watch made by himself, he asked me only 2000/. — He would make a first-rate chronometer for 4000/. ? Perhaps
I have noted this before — the day I saw Perrelet — From Breguet’s came direct to the gardens — got there at 5 — walked about
3/4 hour (on the terrasse d’eau) and got home at 5 50/60 — Dinner at 6 5/60 — Came to my room at 8 — Wrote the last 21 1/2
lines — Settled my accounts and went into the drawing room at 8 5/60 — from then to 9 20/60 (at which hour came to my room)
read from page 38 to 81 Galignani’s Swiss Guide — A little past 8 George brought in a note from , the wine
merchant Faubourg St. Martin No [Number] 83 (recommended by Madame Galvani) de la part de Madame Giguait, to
say he had sent the 2 casks of wine ‘2 pièces de vin — je suisse vous assurer que vous serez
contente quand le vin aura de la bouteille il sera beaucoup mieux’ ['2 casks of wine - I can to assure you that you will be happy when the wine has been bottled it will become much better'] — He will send a
man on Wednesday to bottle it — The wine ought to have come on Monday — I had almost given it up —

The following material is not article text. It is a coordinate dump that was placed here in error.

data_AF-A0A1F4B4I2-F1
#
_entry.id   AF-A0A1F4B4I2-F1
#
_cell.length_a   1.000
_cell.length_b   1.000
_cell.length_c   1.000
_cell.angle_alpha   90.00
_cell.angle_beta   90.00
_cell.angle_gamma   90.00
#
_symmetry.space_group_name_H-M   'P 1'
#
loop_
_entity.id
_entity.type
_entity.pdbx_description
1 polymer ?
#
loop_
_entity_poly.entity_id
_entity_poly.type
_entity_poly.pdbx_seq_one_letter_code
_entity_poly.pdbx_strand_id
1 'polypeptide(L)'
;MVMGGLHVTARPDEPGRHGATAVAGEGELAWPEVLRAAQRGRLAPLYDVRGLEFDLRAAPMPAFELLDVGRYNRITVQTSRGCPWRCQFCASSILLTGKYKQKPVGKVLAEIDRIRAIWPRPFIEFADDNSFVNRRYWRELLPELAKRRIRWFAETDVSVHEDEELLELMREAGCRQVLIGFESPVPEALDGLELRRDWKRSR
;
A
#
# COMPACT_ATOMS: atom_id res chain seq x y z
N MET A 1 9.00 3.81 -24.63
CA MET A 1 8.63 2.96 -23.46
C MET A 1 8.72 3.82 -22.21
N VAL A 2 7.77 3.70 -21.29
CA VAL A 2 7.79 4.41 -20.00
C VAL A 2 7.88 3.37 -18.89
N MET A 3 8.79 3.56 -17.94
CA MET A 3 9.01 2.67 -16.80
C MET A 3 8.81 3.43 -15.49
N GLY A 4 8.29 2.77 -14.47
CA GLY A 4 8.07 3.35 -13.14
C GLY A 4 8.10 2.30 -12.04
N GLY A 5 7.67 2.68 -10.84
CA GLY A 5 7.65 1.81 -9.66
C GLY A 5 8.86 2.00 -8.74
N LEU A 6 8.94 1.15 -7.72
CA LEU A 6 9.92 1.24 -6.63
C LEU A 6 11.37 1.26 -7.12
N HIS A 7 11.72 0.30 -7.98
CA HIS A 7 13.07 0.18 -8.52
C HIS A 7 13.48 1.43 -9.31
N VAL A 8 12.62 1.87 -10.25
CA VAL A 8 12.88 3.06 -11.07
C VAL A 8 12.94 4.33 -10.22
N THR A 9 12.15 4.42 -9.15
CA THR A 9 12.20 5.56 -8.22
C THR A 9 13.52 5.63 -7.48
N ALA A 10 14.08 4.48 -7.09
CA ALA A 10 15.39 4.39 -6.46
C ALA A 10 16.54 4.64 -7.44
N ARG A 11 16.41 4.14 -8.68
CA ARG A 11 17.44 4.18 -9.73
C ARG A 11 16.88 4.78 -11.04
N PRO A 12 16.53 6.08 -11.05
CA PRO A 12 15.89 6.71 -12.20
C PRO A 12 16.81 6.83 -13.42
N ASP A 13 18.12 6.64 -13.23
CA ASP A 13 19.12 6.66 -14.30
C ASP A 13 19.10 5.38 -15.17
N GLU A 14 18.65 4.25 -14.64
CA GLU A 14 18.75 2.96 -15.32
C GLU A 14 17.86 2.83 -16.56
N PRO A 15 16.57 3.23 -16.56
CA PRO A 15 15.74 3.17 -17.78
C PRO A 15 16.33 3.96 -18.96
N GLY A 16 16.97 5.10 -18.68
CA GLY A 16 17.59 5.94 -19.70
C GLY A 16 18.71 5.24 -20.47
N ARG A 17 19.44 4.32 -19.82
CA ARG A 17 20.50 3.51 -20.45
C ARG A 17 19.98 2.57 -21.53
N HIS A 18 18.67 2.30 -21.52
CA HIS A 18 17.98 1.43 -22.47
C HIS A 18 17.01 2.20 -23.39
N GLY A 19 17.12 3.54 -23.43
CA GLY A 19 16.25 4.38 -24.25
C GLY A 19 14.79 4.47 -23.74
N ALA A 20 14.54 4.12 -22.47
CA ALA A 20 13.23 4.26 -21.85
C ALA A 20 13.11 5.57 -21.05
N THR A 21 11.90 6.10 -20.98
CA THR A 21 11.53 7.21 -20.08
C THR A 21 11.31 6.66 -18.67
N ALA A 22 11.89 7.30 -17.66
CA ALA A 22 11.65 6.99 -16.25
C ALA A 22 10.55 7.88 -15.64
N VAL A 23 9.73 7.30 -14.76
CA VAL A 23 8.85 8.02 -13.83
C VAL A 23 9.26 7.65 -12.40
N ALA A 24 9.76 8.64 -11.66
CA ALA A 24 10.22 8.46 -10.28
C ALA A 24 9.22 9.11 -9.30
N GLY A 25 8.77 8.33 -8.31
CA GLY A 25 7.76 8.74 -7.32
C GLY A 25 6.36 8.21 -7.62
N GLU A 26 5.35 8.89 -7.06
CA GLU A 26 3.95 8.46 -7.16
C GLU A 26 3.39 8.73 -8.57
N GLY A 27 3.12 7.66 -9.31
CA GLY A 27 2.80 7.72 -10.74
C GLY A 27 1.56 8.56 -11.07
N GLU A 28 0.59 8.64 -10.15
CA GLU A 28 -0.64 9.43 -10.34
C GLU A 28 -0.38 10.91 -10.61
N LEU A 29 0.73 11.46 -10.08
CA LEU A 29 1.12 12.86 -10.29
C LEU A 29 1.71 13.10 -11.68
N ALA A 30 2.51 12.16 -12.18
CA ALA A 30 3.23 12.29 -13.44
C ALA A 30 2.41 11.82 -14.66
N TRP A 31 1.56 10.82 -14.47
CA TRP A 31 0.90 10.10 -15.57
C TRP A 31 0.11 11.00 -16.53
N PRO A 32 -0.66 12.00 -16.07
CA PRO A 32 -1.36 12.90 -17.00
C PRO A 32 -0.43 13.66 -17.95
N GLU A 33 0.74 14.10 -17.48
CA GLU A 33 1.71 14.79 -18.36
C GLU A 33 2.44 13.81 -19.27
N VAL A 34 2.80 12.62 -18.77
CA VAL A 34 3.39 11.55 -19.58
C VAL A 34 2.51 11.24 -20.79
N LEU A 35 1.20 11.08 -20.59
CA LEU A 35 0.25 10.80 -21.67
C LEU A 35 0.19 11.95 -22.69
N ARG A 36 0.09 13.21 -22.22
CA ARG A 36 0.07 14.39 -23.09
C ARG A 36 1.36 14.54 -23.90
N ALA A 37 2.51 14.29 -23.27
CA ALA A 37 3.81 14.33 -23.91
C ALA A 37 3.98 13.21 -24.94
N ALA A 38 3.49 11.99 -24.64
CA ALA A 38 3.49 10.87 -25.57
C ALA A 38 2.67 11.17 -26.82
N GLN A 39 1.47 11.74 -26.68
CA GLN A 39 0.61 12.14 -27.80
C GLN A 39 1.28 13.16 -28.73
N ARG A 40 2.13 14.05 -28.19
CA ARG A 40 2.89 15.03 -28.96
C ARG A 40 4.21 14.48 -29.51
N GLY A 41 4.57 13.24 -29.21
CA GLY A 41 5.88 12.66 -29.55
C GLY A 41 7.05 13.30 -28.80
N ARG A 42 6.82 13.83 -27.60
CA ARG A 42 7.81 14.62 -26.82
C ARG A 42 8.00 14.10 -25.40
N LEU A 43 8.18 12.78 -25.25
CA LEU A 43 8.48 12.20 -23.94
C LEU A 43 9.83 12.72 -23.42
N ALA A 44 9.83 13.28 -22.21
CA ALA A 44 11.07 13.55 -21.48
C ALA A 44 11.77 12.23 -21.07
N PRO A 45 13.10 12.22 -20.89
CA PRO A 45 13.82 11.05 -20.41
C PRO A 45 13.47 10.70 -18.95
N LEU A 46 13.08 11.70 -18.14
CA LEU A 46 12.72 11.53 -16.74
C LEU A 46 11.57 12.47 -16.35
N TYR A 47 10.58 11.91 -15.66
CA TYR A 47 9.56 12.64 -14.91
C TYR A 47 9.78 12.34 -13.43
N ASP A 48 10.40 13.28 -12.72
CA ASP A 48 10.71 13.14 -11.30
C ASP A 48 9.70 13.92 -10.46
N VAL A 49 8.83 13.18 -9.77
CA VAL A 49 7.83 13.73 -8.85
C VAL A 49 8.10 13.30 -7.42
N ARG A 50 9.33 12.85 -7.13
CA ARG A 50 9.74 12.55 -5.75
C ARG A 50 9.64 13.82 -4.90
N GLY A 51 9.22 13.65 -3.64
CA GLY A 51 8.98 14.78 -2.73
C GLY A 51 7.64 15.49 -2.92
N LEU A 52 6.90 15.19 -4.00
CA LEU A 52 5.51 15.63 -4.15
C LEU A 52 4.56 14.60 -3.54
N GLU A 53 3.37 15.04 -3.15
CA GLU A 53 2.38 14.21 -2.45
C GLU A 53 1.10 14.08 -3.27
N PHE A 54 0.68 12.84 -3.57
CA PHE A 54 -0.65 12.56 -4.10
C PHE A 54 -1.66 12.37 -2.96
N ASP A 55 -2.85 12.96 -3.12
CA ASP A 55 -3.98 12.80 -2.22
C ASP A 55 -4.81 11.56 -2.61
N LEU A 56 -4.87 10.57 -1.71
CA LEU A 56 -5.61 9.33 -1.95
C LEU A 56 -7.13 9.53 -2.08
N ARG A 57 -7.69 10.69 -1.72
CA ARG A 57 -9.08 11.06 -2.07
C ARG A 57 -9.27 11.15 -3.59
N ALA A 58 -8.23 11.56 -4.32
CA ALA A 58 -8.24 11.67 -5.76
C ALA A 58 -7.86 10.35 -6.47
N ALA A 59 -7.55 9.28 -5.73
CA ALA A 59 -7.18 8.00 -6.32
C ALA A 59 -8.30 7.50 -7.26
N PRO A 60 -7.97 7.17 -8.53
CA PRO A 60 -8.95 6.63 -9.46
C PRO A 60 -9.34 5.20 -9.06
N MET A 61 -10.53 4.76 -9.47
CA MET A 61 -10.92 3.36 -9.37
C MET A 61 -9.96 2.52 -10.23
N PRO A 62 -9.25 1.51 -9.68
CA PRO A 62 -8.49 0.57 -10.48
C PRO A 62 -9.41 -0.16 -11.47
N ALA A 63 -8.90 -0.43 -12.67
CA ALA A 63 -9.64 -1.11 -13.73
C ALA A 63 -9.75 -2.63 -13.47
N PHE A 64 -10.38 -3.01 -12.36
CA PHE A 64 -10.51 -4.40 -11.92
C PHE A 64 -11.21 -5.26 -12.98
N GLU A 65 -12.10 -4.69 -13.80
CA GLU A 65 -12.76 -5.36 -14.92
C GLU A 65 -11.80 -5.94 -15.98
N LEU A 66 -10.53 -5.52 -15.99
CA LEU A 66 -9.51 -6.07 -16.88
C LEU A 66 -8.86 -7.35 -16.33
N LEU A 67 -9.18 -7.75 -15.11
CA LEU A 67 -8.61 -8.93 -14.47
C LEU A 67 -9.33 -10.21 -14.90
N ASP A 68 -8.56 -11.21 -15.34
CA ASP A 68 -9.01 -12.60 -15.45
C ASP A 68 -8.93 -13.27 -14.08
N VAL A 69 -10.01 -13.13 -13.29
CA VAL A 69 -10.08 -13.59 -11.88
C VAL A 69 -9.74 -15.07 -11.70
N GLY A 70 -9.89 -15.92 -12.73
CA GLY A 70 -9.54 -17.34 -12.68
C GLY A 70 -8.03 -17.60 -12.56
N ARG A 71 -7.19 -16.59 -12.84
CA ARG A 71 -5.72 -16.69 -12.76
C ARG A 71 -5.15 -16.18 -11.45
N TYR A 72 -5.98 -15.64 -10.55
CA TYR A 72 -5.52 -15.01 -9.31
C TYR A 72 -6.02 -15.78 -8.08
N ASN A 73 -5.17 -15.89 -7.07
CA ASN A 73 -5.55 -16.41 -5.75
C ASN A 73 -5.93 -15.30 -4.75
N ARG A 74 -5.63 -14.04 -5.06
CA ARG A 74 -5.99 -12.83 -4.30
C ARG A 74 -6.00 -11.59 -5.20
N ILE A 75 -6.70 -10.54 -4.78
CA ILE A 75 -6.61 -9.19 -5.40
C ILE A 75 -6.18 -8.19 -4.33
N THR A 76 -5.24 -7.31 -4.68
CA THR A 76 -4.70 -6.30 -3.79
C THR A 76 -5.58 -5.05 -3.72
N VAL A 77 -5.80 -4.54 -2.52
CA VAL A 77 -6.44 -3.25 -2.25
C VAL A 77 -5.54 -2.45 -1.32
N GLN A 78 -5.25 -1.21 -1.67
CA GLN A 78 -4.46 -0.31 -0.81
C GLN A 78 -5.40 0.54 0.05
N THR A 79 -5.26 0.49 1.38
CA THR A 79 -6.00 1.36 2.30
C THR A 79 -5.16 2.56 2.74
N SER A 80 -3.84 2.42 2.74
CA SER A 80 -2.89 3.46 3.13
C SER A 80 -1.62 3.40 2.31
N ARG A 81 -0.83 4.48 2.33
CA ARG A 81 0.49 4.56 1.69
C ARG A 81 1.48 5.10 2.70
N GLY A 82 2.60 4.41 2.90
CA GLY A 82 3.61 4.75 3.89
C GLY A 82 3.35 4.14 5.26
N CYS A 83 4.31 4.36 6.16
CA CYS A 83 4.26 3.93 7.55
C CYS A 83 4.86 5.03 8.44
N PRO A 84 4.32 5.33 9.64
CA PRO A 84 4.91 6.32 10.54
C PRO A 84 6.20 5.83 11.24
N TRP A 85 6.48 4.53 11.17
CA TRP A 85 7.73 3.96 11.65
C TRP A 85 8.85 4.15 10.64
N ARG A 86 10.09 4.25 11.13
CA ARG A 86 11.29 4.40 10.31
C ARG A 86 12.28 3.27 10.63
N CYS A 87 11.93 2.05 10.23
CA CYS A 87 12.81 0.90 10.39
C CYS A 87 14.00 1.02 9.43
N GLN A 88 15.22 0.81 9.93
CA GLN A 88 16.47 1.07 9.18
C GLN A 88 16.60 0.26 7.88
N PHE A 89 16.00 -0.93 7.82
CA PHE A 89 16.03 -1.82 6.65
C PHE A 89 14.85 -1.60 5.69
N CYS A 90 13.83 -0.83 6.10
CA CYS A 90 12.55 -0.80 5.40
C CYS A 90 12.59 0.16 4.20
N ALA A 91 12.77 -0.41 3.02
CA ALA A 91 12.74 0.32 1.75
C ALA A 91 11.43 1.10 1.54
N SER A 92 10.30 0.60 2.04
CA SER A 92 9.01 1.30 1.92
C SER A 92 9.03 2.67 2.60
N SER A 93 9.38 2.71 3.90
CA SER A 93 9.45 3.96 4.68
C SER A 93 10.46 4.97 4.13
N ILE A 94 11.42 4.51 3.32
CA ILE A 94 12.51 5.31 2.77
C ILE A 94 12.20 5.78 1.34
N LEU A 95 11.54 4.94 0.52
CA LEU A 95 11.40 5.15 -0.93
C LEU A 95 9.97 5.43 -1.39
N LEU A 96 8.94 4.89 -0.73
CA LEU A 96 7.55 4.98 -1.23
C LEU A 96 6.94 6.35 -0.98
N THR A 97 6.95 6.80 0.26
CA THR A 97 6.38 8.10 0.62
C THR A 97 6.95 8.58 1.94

[margin text:] Friday 9 March it was the watch sold 16 years ago for 150 guineas for which Mr. Brooke Greville
gave 70 guineas + and the ‘petite reprision’ sold 2 years ago for 5000 francs (about £200)
for which Lord Crewe gave 150 guineas —

Fahrenheit 39º at 7 1/2 a.m. very fine.
51o - noon showers between
54o - 6 p.m. 3 and 4 p.m.
48o - 10 20/60 afterwards fine -

Sunday 4
6 35/60
11 3/4
my bowels pretty well — I really must go out every day, and take plenty of exercise — At my desk at 7 40/60 —
wrote the last 5 1/2 lines, and at my accounts at 7 50/60 — from then to 10 35/60 looking my old original banking book beginning with
1820 and looking over my account with M- [Mariana] etc. trying to make out what I have been worth and however since I had a sixpence
and trying to get a correct view of what was my income meaning to set up make out a regular cashbook from as far back
as my purchase into the 3 per cent consols — Breakfast in 20 minutes at 10 35/60 — Then at my account books again till
11 1/2 — then wrote the above of today, and finished dressing — From 12 5/60 to 1 read aloud the service and sermon 14 bishop Sandford — 1/4
hour talking to my aunt — Then came to my room — trying on shoes (those I bought rue des Capucines) and gayters — the shoes do not
suit me — I must have others — the gayters rather too small and only fit for dry weather — must have black ones — and put on my boots
again — I shall have probably endless trouble to get strong shoes or light walking shoes here, to suit me — Went out at 2 —

[margin text:] Fahrenheit 50o at 8 a.m. (fine)
54º at 11 1/2 —
50º at 6 1/4 —
40º at 10 20/60 —
DateMar 1827
Extent1 page